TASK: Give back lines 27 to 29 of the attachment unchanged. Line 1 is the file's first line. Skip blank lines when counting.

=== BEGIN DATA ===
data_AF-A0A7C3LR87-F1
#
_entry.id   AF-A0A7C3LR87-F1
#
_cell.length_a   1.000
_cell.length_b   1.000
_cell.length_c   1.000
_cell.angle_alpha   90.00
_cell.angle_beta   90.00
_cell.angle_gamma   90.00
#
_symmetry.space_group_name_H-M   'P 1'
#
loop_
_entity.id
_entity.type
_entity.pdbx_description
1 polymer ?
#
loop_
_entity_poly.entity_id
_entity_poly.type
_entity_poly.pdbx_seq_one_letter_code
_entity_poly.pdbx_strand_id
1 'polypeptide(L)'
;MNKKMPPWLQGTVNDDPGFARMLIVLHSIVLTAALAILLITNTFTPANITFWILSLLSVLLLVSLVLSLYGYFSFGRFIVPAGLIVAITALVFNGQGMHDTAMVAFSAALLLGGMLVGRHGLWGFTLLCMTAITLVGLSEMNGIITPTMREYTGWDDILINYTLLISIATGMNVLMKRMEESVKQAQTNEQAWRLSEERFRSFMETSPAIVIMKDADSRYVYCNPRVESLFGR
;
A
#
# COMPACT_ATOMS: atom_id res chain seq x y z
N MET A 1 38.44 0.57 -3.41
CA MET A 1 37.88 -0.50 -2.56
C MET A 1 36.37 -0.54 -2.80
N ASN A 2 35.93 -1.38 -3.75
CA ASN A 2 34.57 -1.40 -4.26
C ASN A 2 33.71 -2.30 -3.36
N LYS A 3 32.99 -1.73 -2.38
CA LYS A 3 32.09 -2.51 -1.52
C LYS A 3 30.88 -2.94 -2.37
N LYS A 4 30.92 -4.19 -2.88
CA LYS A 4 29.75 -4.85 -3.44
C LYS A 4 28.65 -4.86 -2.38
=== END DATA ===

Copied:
;
A
#